Book Review of The Giver by Lois Lowry

Visualize a peaceful dystopian world where individuality and the right to choose have been eliminated, senses muted, along with removal of other critical aspects of humanity and passed off as the ideal Utopian world. The Giver by Lois Lowry is an engrossing book that I stumbled on. Found it to be a refreshingly different and thought-provoking read when compared to some of the other mainstream dystopian YA novels. It is one of those books that compelled me to pause, to share my thoughts on it, before picking up the next book to read.

Finished reading it in just a few sittings. A smooth, simple and fast paced read with a hard-hitting theme. Narrated through the viewpoint of a 12 year old boy. The author has portrayed a post-apocalyptic (implied) society devoid of the ability to perceive colors, music and with muted emotions and controlled usage of vocabulary and of course all prior memories (of history tied with emotions) entrusted in the safekeeping of the giver (one per community). A society that seems to have eliminated the right to choose, along with memories from the masses. Suppressed and streamlined the sensory perceptions to achieve a sense of “sameness” and any uniqueness is retained only for the purpose of division of labour rather than for individuality. A feat of social conditioning achieved over several generations either through artificial means or thought and action control or a combination of both. All this…in their endeavor for a safe event-free protected living that is not influenced or threatened by strong emotions, hormones (all are expected to take a pill everyday the moment puberty sets in to keep hormonal urges at bay), external influences (so no access to books either, apart from the giver and receiver). They are ignorant of pain (physical or emotional), sadness, hate, anger and along with it lose the the opposite emotions of pleasure, happiness and love except for the wise old giver.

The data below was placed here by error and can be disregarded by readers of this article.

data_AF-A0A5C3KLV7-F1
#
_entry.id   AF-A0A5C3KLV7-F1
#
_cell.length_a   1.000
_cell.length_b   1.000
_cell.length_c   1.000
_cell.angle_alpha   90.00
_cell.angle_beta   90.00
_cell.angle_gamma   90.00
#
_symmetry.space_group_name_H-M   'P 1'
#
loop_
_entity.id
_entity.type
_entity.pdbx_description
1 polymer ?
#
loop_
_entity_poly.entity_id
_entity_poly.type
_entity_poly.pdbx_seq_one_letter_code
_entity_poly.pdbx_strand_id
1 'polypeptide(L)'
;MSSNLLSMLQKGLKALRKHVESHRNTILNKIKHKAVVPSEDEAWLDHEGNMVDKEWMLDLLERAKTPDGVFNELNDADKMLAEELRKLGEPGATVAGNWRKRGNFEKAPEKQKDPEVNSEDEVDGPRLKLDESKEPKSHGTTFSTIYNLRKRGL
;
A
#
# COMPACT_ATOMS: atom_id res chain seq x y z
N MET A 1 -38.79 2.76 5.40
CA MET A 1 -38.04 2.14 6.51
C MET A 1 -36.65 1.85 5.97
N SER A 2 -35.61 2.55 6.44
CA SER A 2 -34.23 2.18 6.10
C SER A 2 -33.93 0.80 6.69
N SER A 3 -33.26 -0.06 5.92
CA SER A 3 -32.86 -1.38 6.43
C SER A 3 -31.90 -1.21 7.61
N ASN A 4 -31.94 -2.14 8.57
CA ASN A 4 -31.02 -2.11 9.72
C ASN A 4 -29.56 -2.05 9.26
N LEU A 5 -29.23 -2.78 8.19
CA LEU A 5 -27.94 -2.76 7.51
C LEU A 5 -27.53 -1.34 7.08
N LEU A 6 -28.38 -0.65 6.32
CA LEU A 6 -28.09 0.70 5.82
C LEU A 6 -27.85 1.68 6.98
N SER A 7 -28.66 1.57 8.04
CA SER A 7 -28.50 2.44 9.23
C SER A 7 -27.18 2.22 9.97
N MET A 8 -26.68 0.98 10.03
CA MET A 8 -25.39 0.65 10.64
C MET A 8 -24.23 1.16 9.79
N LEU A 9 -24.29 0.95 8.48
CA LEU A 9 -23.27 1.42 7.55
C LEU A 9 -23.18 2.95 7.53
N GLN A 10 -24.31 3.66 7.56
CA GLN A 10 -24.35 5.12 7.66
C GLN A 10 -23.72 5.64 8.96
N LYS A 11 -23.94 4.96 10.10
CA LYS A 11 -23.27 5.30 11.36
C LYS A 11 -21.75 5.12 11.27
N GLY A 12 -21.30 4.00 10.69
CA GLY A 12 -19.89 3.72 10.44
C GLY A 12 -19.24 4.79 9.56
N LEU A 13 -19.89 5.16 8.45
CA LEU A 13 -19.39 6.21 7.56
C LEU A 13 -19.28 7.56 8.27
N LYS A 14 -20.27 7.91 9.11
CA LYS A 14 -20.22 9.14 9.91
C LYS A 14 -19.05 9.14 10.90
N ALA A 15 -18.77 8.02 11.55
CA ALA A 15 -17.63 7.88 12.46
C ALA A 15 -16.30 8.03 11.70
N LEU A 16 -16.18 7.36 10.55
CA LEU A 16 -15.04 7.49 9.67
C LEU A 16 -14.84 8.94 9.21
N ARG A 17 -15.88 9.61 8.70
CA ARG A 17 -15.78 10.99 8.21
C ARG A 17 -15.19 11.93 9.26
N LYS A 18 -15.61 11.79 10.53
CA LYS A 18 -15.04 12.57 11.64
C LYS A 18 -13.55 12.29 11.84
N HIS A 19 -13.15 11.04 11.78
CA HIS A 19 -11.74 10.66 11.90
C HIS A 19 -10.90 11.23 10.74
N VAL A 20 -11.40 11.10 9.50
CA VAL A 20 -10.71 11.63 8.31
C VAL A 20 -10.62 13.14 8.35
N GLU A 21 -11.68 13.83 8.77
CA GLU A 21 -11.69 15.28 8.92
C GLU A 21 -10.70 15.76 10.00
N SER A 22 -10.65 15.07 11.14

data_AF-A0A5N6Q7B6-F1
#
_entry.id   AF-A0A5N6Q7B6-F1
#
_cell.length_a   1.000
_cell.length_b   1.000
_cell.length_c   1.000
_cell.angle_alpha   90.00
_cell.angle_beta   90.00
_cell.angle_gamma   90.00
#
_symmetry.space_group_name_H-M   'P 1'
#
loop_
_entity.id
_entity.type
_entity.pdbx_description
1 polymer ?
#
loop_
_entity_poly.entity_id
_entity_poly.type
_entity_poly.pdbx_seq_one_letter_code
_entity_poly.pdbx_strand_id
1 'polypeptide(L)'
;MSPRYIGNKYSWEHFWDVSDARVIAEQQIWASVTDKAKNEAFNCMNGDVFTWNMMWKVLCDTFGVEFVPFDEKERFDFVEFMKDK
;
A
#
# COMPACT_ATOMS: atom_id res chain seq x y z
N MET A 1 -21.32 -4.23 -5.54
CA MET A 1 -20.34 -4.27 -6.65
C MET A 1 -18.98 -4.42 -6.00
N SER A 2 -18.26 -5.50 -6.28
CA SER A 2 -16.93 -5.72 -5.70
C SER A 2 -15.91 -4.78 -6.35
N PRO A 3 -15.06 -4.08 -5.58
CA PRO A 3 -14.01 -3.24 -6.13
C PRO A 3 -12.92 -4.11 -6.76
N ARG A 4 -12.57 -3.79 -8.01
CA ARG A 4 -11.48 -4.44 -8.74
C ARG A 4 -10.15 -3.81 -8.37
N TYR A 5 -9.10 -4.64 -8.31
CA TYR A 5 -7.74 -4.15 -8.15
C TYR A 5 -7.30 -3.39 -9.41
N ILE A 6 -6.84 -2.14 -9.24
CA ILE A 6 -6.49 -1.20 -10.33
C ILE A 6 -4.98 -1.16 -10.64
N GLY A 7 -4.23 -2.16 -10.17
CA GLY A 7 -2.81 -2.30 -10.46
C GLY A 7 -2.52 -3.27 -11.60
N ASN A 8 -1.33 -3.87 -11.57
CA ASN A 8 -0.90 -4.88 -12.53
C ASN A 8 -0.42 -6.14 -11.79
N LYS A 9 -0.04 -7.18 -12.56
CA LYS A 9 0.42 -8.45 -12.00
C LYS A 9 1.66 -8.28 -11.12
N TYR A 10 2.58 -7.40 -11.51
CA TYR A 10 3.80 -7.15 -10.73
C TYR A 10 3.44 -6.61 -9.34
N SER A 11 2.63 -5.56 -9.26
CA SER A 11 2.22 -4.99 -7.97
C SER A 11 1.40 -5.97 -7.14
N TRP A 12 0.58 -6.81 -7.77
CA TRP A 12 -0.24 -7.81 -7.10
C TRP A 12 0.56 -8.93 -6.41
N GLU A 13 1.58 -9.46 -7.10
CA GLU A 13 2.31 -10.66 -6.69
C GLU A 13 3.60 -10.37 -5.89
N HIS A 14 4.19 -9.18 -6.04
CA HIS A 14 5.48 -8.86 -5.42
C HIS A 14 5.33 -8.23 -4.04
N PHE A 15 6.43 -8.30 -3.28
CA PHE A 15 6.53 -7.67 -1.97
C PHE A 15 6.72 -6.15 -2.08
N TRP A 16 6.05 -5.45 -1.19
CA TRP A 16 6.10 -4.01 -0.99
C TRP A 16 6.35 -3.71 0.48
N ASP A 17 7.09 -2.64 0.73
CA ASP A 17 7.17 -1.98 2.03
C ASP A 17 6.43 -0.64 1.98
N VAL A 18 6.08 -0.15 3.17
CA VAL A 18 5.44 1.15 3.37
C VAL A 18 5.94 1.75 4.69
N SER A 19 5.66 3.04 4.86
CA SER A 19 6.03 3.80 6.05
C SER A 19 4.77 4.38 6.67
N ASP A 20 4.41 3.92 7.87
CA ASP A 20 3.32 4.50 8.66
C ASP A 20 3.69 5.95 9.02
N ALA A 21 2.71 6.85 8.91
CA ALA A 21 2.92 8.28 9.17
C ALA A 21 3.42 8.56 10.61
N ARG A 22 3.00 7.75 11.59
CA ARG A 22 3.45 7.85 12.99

Initial glimpse of an Utopian society at the beginning of the book steadily expands to show us a society suspended in a state of numbness and apathy. A totalitarian dystopian landscape emerges, one that “releases” those who do not fit their ideal of “sameness”. The protagonist is the 12 year-old boy named Jonas, who gets the highest yet dubious honor of being selected as the receiver.
As he receives memories and the training to handle them, from the wise old giver to transition into the new giver of the community, Jonas begins to question the current ideology. He seeks to bring about a change and secretly starts transmitting the memories to another young child. The turning point comes when Jonas learns what “release” means, after he watches his father, in his role of a nurturer of the young, perform a release and finds out that his 12 year-old friend Fiona is also being trained in the art of releasing, in her role of a caregiver of the old. This revelation along with another impending release, triggers Jonas to take the next steps that brings the story to a conclusion.
As the protagonist, he represents the awakening or rather an uprising of individuality and the promise of change that seeks to bring back what it truly means to experience life as a human.
The antagonist is the mindset that is deeply ingrained in the society rather any specific group or person making it all the more grim, sinister and powerful.
The ending is left open to interpretation.
The narrative style is direct, simple and minimalistic almost in tune with the theme. Yet so much is conveyed by means of non-embellished sparsity and words left unsaid. It stimulates the imagination of the reader to complete the compelling picture that takes shape in the mind. Few aspects of the book, made me think of and draw parallels with the Handmaid’s Tale by Margaret Atwood.
A strongly recommended read. I haven’t watched the movie adaptation so unable to comment on that.

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